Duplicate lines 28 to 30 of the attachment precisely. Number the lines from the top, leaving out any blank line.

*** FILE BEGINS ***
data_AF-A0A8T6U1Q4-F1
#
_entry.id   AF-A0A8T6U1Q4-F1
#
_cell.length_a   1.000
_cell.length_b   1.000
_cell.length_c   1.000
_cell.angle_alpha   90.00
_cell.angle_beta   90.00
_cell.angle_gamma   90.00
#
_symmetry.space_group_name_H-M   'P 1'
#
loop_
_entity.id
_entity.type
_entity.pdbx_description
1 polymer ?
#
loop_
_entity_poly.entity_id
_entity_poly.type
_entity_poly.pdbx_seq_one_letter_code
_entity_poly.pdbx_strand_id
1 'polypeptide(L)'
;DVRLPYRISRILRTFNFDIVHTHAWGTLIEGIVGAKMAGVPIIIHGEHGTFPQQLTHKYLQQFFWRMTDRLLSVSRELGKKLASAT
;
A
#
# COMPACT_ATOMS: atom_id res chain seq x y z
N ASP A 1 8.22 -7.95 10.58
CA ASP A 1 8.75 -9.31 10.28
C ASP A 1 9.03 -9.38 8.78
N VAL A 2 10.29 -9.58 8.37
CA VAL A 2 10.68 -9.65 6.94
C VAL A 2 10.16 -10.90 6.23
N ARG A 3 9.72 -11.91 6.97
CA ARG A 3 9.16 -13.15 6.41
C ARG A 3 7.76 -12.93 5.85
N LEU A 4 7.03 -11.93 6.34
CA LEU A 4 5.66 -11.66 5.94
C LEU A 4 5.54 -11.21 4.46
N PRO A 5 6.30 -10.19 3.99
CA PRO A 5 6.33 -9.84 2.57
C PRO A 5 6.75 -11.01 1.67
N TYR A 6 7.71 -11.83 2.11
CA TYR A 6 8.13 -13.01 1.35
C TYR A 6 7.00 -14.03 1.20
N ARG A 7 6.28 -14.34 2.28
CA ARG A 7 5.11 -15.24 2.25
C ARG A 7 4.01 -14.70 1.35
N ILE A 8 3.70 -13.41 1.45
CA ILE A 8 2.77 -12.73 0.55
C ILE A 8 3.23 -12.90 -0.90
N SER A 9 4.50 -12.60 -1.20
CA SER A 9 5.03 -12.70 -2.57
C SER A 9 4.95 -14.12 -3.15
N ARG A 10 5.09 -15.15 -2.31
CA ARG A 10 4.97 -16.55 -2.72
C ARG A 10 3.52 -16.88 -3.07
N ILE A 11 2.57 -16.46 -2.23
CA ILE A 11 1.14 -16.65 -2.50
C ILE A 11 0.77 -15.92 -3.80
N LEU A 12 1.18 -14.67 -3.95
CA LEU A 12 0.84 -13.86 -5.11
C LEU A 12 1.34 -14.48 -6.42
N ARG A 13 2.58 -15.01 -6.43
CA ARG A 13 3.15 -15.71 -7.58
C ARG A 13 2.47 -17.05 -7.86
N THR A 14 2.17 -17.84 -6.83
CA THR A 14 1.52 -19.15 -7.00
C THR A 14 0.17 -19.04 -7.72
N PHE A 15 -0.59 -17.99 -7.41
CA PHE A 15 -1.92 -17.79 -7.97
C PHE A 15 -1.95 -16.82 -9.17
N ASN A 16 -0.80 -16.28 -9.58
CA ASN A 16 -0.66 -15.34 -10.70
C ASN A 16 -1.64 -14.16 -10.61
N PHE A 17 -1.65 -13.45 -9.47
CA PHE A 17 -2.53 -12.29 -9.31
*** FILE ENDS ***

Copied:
A
#
# COMPACT_ATOMS: atom_id res chain seq x y z